The facts pled by Plaintiffs indicate that a threatening letter had been found on school property several days prior to the claimed Constitutional deprivations. The School suspected that a particular student had left this letter, and believed, based upon outward appearances, that Plaintiffs and the suspect were socially connected. It is difficult to conceive of a scenario in which a greater governmental interest is invoked than the threat of indiscriminate violence at school.[8]See id. (characterizing protecting students, fostering self-discipline and deterring possible violence as compelling governmental interests). Indeed, officials in the Columbine massacre were harshly criticized for failing to take action regarding prior signs of problems.

    *647 Somewhat unclear here, however, is the immediacy of the School's concerns. Plaintiffs argue that School officials found the threatening letter several days previously, and thus the urgency that might otherwise justify such a search or seizure is lacking here. The Court finds itself unpersuaded by this contention. Faced with a situation like this, a school always has latitude regarding how quickly to act. Investigations and subsequent remediations are incremental. One could posit a situation wherein a violent threat is lodged for a specific date several weeks in the future. Would a school's efforts to avert injury be less justifiable if undertaken after two days time; two weeks time; the morning of the anticipated harm? This Court thinks not.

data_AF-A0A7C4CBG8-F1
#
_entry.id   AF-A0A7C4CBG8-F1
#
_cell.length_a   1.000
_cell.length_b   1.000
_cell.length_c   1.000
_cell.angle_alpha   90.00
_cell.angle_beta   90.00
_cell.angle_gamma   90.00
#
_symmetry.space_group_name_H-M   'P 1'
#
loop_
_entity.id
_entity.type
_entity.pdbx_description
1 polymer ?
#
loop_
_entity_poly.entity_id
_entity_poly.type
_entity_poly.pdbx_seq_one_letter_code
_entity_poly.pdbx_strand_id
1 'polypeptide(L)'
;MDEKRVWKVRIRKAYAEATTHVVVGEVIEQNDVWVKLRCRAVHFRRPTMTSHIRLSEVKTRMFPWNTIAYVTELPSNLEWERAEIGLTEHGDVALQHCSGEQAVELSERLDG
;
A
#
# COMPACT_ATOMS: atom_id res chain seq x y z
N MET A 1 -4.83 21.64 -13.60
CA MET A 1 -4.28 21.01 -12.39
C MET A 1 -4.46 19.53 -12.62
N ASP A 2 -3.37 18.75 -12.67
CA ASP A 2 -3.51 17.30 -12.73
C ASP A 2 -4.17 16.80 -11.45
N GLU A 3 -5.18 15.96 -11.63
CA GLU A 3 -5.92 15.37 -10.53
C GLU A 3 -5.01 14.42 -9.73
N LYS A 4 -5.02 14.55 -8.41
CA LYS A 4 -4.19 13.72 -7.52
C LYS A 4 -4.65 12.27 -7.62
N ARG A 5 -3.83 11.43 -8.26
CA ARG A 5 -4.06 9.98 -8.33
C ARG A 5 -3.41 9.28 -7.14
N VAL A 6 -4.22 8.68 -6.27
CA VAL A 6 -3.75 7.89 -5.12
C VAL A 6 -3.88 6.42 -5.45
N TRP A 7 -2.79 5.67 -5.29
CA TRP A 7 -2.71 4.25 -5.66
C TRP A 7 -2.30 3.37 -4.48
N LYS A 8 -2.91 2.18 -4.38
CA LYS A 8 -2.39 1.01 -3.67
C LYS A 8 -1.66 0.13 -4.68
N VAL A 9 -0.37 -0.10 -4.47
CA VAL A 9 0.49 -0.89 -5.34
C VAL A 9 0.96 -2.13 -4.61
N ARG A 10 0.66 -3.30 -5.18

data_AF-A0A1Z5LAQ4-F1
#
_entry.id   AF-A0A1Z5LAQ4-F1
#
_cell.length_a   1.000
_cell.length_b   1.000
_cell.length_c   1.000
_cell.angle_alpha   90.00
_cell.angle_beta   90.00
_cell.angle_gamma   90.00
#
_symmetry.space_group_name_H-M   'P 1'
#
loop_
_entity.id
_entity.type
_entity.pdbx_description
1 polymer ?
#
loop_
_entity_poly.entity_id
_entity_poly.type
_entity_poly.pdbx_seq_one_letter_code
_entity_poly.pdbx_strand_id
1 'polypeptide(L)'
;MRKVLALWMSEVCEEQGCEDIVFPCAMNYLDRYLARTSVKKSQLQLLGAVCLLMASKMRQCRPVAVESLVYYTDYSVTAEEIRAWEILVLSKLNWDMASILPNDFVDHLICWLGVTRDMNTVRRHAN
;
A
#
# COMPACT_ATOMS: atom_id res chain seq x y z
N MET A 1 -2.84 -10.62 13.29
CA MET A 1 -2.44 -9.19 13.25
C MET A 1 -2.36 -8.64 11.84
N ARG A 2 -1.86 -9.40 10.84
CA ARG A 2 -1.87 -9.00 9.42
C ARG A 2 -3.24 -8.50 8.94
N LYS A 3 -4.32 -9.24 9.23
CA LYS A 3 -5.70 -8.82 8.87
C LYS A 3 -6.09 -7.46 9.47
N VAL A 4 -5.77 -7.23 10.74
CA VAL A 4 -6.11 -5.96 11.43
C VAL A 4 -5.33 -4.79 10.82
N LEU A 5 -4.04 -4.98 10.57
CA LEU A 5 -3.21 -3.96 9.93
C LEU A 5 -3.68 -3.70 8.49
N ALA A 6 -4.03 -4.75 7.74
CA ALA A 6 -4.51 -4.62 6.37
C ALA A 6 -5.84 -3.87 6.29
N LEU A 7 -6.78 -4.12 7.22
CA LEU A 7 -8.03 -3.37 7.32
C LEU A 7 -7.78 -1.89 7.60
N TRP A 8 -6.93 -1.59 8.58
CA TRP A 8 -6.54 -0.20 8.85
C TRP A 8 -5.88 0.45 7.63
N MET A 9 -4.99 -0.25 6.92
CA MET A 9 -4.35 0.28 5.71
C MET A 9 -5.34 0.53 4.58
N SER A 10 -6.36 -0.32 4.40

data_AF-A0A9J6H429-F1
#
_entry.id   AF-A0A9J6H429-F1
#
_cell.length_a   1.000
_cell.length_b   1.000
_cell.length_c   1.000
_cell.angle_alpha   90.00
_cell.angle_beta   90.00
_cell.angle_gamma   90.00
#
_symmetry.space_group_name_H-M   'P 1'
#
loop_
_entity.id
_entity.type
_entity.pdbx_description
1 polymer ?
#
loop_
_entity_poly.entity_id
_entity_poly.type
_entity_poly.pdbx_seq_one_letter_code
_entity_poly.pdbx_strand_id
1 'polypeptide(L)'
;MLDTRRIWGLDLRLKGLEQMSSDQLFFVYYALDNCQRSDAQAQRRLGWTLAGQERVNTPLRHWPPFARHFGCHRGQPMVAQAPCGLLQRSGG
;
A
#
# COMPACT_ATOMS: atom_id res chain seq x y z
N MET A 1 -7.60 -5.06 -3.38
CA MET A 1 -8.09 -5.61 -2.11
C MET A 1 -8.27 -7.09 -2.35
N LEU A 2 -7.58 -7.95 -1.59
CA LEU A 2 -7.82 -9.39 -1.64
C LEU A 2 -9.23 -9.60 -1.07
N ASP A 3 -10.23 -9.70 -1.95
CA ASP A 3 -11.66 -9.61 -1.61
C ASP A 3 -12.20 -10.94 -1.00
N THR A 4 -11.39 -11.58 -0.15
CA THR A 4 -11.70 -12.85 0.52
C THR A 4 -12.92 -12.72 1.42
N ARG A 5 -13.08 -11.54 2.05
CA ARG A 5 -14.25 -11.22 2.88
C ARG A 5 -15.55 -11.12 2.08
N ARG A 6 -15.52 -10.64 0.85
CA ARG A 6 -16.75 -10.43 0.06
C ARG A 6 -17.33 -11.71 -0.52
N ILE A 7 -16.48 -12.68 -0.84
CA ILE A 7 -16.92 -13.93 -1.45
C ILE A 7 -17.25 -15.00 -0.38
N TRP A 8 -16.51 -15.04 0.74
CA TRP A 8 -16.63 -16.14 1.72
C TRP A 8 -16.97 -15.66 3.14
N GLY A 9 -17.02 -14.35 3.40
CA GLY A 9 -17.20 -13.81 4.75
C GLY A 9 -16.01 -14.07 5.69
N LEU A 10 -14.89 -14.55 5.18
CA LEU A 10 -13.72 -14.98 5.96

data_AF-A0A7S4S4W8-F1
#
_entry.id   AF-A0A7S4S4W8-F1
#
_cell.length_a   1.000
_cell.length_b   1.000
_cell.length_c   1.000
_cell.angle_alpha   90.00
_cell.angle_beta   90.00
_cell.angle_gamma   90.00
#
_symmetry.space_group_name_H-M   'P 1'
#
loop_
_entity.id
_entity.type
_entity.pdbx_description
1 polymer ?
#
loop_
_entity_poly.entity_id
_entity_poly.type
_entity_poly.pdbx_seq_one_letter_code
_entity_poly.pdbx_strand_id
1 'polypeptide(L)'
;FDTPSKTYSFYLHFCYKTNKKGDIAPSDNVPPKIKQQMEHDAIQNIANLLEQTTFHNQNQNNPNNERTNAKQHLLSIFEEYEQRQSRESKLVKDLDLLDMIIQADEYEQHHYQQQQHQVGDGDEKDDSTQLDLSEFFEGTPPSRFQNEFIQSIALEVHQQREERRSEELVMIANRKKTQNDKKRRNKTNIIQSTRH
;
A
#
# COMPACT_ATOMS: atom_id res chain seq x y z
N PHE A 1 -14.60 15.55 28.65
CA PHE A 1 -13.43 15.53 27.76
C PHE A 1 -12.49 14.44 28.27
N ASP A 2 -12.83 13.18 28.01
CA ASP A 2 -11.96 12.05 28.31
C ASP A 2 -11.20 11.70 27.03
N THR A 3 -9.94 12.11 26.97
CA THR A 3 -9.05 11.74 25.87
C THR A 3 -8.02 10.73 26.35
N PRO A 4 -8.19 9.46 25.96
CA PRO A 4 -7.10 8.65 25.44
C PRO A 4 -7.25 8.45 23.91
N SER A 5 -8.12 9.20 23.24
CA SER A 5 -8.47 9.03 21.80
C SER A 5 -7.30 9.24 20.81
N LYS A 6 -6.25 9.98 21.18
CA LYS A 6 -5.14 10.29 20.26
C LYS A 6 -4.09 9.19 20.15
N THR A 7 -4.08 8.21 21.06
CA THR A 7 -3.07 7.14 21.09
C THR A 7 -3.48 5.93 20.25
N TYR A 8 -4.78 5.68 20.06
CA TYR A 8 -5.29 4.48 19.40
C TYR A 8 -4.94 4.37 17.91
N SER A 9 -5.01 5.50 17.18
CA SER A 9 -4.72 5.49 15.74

Furthermore, it is both the nature and immediacy of a concern that give rise to a government's interest in preventing its occurrence. Even if one were to concede an utterly nominal level of immediacy, the nature alone of a violent threat advanced against a school provides an ample government interest to support acting forcefully to stem even the possibility of violent conduct, although the Court fervently hopes that events such as those at issue will not become a common occurrence in this or any school system.